Monday, 9 November 2009

Quaker Quest: Quaker Worship

I thought it might be interesting for people to see what I said at Quaker Quest about Quaker Worship.

We three speakers had to speak twice during the evening, once on Faith and once on Practice - broadly, what we believe and what we do.

In the Faith section, I started by saying I love Quaker worship because it is unique. I came to Quakers because of the worship - I used to be an Anglican, and then a Methodist, and in both denominations I used to feel that I was just settling into the time for silent prayer when it would be time to sing another hymn.

Another reason I appreciate the Quaker way of worship is that I am rabbiting on to God all day in my head, and it gives me a chance to sit and listen for a change! I also explained that I don't mind what other people say they're listening to - God, Yahweh, Allah, the Earth, their own conscience - as I believe those are all names for the same thing : Truth. I believe that Truth comes from the Christian God, and, if pushed, I would say that all other believers (and non-believers) are listening to Him/Her too - they just have other names for Him/Her.

Because we are all listening together, with no words to cause divisions, Quaker worship brings people together in a way that no other type of worship can. We may not agree on the words to use in worship, but we can all listen together in silence. It can also be a very healing time for people who have had bad experiences in more traditional churches.

Later I spoke to the idea of the practice of Quaker worship, although to be honest my ideas were pretty well entwined between the two parts! I explained that a Meeting for Worship is not like a dentist's waiting room, with a whole load of disparate people sat in silence - there is a palpable air of expectancy and of a gathered community. I always get very excited when there is ministry, as you never know what is going to be said, and whether it will be pertinent to you, or even to the whole Meeting. I also explained about online Meetings for Worship at Quaker Faith and Fellowship, which no one else in my Meeting has experienced; and about the smaller MfW held at my home every month, and how it has a different atmosphere, more intimate than the weekly MfW at the Meeting House.

We had a lot of questions about how you know when you are supposed to give ministry, why we don't discuss ministry when it is given, and how to settle into the silence and prepare our hearts and minds. The room was about three quarters current members/attenders and one quarter new visitors, with between 40 and 50 attending in total. Everyone said they had got something from it, no matter how long they had been a Quaker - we so rarely discuss the finer points of our beliefs that it was interesting to hear what different people actually thought.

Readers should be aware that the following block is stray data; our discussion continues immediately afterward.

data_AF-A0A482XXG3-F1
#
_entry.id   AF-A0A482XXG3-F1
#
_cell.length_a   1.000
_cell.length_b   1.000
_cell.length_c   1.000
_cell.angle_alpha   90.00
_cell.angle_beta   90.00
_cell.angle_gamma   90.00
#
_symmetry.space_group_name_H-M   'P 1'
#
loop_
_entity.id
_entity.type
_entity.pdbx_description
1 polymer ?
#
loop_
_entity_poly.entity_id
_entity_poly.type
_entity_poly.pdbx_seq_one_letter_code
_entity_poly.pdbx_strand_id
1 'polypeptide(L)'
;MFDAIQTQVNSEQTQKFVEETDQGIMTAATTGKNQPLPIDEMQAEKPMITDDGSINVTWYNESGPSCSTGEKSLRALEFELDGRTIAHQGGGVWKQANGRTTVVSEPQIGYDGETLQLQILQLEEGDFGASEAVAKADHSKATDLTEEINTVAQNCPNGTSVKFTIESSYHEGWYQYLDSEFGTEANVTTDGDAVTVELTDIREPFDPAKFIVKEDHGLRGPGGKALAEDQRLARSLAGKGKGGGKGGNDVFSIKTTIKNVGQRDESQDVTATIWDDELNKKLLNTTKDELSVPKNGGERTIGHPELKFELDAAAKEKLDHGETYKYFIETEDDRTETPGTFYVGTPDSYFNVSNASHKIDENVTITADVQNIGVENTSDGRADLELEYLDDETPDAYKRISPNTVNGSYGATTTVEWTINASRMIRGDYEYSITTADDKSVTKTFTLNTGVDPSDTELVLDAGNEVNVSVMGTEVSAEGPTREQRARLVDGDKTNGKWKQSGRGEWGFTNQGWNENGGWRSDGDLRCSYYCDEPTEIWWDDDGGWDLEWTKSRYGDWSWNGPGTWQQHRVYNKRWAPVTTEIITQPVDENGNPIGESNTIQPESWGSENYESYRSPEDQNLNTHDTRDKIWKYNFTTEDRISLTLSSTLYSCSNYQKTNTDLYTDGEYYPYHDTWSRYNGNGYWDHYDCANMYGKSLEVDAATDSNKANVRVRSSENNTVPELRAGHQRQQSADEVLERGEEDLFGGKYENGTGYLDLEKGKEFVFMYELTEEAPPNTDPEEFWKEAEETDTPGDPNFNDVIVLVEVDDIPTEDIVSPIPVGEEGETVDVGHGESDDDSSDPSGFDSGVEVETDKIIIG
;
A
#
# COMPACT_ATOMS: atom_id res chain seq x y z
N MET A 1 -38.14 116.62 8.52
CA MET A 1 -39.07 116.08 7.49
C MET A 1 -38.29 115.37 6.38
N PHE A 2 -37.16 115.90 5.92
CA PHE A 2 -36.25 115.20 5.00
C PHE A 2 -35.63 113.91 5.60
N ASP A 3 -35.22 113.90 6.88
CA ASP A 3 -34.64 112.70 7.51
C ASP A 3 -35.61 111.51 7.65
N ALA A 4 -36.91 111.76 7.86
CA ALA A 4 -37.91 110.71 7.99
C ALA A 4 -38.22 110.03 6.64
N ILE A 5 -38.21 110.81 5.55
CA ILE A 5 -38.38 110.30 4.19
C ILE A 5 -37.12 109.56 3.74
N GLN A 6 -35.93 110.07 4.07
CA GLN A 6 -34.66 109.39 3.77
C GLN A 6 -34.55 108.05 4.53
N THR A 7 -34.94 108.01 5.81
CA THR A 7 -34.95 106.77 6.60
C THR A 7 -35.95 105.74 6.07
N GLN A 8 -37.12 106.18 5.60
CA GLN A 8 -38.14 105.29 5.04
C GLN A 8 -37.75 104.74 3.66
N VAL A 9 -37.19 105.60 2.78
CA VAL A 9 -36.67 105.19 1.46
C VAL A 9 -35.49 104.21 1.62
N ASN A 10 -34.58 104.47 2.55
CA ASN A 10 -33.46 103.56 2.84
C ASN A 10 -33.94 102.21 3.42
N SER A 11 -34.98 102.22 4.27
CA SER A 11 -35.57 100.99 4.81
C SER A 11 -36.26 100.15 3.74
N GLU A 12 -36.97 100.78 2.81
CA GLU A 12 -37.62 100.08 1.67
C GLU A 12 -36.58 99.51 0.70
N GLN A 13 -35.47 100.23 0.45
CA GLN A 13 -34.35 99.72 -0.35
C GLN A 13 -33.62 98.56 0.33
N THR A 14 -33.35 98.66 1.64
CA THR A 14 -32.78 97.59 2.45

If your Meeting is considering running a Quaker Quest, I strongly recommend it. There is a certain amount of work in setting the course up, but it benefits everyone who attends (including the speakers!) so much, that it is well worth it.


Jan Lyn said...

Absolutely wonderful, Heather, and I am so glad that you could participate. I too, get very excited when a Friend shares vocal ministry.

Benjamin Lloyd said...

Yay Quaker Quest! Our meeting did it in 2008 (see link below) and are going to offer it again in 2010! I hope your Quaker community was as enriched by it as we were. Sure sounds like it!

Bill Samuel said...

We need to be careful not to worship a form. In a heterodox meeting, too often what is being done is following a form without the substance thereof.

Yes, sometimes the spirit of Christ can break through in a meeting where a large proportion don't acknowledge Christ as head of the meeting, but my experience is much more often it doesn't really break through. What you frequently have is silence with people getting up and speaking, but often not corporate worship.

I don't know the quality of meetings where you go, but I feel that frequently Friends make claims for their meetings for "worship" (some Friends won't even acknowledge they are worshipping) that aren't really true.

A Quaker meeting for worship can be really powerful, but how often is it in most of our meetings? I have experienced it with some regularity in a small group seeing Christ as head of the meeting, but infrequently in meetings at large.

The form is very demanding. Because there is no plan for the time or persons appointed to provide regular vocal leadership, it is particularly subject to disunity in reality, because each person can come for something quite different. IMHO, it requires a certain unity of faith to really work.

Matt said...

I also was drawn to the meetings, from a long spiritual journey of ups and downs, due to the absence of a "led" congregation though not what I would deem at all heterodox.

There is an synergetic flow in our meeting and it is quite tangible if one is open to that force as it flows through all the people communing together, led by no one person, but yet by all at once.

Can it be interrupted? Yes and it does, but it much more organic and natural than any humanly led sermon or study.

I miss it like a piece of my soul when I cannot attend and rejoice when I can.